Bilateral relations between India and Singapore are substantive, comprehensive and warm. To enhance mutual understanding between the intelligentsia of the two countries, the India-Singapore Strategic Dialogue was launched in 2007 after a meeting of the two foreign ministers. It is co-sponsored by the Institute of South Asian Studies of the National University of Singapore (NUS) and the Confederation of Indian Industry/Aspen India.
The fifth dialogue, held in Singapore last month, was successful. During the dialogue, there was a timely discussion of the changes in Myanmar. India and Singapore felt there was scope for them to co-invest and work together in helping Myanmar in its historic transition.
Towards the end of 2012, a commemorative summit will be held to mark the 20th anniversary of the India-Association of Southeast Asian Nations (Asean) Dialogue Partnership in New Delhi. The two countries share a similar worldview and common values. They also face similar challenges and opportunities. Both face threats arising from terrorism and extremism. As secular and pluralist societies, India and Singapore share a commitment to multiculturalism, ethnic and religious harmony. They have market economies, support free trade and investment.
The close bilateral relations are characterised by regular high-level contacts and the Comprehensive Economic Cooperation Agreement signed in 2005. Singapore is India’s largest trading partner in Asean and is the second-largest investor in India. It is also an important financial and logistical hub for 5,457 Indian companies.
Defence cooperation has been increasing since the October 2003 Defence Cooperation Agreement. This is reflected in high-level policy dialogue and joint military training activities.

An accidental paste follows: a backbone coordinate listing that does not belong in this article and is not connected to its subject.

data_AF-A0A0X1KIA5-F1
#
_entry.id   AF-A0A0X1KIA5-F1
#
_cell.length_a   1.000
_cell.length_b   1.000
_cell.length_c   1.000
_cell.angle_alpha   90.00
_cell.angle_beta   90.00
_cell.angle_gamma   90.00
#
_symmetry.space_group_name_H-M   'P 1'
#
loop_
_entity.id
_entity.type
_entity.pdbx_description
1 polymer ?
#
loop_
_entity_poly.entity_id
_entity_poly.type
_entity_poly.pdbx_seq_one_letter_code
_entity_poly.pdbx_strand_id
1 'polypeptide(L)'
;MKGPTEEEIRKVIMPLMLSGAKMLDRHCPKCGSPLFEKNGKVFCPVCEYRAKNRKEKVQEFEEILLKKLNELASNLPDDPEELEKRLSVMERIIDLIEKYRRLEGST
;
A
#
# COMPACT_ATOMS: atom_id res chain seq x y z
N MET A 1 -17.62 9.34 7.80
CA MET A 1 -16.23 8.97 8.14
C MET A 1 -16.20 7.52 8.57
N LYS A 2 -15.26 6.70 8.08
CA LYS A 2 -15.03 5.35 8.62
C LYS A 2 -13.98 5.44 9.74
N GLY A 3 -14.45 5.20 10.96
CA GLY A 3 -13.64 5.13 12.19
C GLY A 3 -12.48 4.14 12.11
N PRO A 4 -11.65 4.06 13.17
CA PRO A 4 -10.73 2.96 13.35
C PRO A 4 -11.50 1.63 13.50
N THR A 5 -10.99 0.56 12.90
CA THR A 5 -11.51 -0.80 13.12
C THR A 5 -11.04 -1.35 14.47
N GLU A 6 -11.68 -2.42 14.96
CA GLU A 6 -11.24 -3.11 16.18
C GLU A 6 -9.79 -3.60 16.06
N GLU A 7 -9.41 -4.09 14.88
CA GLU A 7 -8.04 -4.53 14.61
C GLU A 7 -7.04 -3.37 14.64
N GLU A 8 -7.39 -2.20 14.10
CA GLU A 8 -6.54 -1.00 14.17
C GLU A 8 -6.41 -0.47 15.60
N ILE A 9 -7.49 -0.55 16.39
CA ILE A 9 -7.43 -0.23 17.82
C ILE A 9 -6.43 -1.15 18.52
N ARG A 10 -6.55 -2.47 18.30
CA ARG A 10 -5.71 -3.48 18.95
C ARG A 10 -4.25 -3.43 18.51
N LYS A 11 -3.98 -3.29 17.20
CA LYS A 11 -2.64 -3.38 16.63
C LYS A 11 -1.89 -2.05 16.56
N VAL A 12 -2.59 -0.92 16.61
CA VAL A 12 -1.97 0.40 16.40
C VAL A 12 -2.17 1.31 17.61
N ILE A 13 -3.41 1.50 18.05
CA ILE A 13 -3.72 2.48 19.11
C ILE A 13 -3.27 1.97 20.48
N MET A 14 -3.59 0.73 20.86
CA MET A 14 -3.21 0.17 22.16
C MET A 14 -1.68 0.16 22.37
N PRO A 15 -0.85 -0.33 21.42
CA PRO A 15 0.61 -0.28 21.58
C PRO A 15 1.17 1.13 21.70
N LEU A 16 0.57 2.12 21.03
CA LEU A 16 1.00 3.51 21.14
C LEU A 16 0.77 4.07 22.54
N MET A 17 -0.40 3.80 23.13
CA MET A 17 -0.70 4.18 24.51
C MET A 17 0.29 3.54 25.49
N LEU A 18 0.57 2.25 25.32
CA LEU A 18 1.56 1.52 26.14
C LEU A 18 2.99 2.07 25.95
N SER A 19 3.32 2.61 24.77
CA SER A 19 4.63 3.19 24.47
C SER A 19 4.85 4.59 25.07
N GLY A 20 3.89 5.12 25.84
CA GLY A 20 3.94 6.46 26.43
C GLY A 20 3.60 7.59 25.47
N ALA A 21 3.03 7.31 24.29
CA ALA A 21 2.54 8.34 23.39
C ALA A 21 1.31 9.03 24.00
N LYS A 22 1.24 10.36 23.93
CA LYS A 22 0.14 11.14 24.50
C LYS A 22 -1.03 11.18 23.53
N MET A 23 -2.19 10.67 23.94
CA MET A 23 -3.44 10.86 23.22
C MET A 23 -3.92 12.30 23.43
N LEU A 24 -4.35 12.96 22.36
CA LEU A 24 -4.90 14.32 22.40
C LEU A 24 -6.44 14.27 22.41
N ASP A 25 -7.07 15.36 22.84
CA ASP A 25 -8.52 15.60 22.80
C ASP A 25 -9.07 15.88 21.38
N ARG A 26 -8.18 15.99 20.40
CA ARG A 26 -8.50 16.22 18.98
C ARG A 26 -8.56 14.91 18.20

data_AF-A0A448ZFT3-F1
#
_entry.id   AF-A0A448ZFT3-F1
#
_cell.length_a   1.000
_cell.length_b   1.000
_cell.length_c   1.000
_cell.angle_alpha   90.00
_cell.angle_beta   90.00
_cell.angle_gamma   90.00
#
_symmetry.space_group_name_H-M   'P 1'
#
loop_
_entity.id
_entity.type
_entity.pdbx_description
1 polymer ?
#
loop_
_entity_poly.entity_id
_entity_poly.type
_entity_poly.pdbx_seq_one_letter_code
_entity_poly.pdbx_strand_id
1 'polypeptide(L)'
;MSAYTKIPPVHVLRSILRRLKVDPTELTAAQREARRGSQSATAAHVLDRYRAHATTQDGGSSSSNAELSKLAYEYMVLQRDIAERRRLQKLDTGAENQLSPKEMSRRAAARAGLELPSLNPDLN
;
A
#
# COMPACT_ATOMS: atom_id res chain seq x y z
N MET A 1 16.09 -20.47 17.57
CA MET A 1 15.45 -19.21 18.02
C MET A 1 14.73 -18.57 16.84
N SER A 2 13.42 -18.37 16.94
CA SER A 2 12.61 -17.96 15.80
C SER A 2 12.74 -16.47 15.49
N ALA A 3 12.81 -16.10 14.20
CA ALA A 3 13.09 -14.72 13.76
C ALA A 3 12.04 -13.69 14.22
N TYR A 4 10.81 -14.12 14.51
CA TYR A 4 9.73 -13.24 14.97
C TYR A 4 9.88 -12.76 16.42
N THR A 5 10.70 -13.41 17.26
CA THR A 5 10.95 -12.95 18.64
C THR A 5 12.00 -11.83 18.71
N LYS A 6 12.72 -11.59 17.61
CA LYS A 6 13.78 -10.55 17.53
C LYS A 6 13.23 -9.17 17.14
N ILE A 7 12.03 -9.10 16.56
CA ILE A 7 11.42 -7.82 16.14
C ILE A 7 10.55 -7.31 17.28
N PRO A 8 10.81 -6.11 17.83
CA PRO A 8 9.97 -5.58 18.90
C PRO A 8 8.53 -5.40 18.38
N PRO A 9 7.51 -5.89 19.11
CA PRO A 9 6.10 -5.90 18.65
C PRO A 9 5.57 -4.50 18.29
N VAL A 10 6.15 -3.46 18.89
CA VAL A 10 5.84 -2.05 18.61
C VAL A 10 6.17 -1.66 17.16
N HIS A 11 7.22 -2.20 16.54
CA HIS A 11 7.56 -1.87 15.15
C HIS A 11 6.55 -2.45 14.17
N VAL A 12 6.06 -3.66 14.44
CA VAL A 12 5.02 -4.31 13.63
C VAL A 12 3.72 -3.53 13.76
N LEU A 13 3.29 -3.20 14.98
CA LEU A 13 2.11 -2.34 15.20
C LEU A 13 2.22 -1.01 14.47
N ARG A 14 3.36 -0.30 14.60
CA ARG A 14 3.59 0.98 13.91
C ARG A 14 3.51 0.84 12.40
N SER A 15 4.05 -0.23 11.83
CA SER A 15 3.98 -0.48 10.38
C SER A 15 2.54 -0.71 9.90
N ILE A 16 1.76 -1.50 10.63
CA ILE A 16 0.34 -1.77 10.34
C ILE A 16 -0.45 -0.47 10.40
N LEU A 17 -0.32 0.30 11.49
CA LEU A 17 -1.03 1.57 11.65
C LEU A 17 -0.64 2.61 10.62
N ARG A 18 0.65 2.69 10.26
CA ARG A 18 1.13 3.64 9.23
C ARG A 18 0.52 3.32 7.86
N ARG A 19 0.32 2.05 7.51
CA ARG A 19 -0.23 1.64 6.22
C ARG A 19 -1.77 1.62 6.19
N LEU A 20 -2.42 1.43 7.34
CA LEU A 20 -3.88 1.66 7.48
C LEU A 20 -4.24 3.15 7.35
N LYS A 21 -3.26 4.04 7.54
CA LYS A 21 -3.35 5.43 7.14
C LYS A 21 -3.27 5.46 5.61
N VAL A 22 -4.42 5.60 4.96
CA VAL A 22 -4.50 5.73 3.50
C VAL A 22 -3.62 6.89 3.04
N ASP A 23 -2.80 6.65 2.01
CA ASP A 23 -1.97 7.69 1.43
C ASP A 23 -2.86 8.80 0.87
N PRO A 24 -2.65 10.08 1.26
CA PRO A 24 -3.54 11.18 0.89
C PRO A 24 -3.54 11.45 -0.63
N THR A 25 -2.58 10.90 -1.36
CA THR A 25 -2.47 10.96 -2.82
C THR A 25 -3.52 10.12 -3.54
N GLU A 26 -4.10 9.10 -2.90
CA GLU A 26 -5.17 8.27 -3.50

Intellectual and academic cooperation between the two countries has also multiplied manifold. The Indian Centre for Cultural Relations has established a chair in Indian studies at the NUS. The people-to-people ties and the civilisational dimension of India-Singapore relations are important. It was symbolised by Prime Minister Manmohan Singh and the former Prime Minister of Singapore — Emeritus Senior Minister Goh Chok Tong — jointly unveiling a marker and bust of Jawaharlal Nehru in November 2011, on the Asian Civilisations Museum Greens. Prime Minister Lee Kuan Yew will visit India next month.
The prospects for Indo-Singapore relations are bright. The Delhi-Mumbai Industrial Corridor offers exciting possibilities for investments in the infrastructure sector, particularly in the creation of new townships and industrial nodes. Another area of potential cooperation is in the field of skill training and, in particular, the establishment of an Indo-Singapore pilot project in this sector, within a broader framework of understanding between the two governments.
The five rounds of discussions of the Indo-Singapore Strategic Dialogue have confirmed the historic connections and our commitment to building a common future based upon prosperity, security and connectivity.
Satinder K Lambah is a special envoy of the Prime Minister of India and Tommy Koh is ambassador-at-large at the ministry of foreign affairs, Singapore. The views expressed by the authors are personal.